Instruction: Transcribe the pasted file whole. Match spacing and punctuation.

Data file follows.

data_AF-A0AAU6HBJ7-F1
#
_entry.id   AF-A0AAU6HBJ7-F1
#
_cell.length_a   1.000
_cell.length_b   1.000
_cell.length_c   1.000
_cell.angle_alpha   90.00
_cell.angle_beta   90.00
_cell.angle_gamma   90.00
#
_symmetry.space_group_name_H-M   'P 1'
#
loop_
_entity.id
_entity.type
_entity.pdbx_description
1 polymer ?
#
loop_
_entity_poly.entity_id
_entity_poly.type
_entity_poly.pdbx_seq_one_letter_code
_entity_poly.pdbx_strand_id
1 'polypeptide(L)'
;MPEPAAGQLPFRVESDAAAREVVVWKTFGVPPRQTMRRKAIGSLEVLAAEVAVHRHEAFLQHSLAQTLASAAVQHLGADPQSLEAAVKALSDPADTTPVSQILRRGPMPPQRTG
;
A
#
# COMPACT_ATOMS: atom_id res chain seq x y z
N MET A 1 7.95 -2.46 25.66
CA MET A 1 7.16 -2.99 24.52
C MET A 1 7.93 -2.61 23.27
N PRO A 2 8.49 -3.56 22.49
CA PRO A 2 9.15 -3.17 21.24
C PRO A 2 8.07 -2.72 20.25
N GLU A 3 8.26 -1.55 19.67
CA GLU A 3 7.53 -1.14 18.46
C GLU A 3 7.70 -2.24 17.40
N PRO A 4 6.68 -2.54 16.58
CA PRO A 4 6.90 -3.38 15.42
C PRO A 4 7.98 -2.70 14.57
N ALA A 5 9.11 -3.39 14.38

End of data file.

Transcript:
data_AF-A0AAU6HBJ7-F1
#
_entry.id   AF-A0AAU6HBJ7-F1
#
_cell.length_a   1.000
_cell.length_b   1.000
_cell.length_c   1.000
_cell.angle_alpha   90.00
_cell.angle_beta   90.00
_cell.angle_gamma   90.00
#
_symmetry.space_group_name_H-M   'P 1'
#
loop_
_entity.id
_entity.type
_entity.pdbx_description
1 polymer ?
#
loop_
_entity_poly.entity_id
_entity_poly.type
_entity_poly.pdbx_seq_one_letter_code
_entity_poly.pdbx_strand_id
1 'polypeptide(L)'
;MPEPAAGQLPFRVESDAAAREVVVWKTFGVPPRQTMRRKAIGSLEVLAAEVAVHRHEAFLQHSLAQTLASAAVQHLGADPQSLEAAVKALSDPADTTPVSQILRRGPMPPQRTG
;
A
#
# COMPACT_ATOMS: atom_id res chain seq x y z
N MET A 1 7.95 -2.46 25.66
CA MET A 1 7.16 -2.99 24.52
C MET A 1 7.93 -2.61 23.27
N PRO A 2 8.49 -3.56 22.49
CA PRO A 2 9.15 -3.17 21.24
C PRO A 2 8.07 -2.72 20.25
N GLU A 3 8.26 -1.55 19.67
CA GLU A 3 7.53 -1.14 18.46
C GLU A 3 7.70 -2.24 17.40
N PRO A 4 6.68 -2.54 16.58
CA PRO A 4 6.90 -3.38 15.42
C PRO A 4 7.98 -2.70 14.57
N ALA A 5 9.11 -3.39 14.38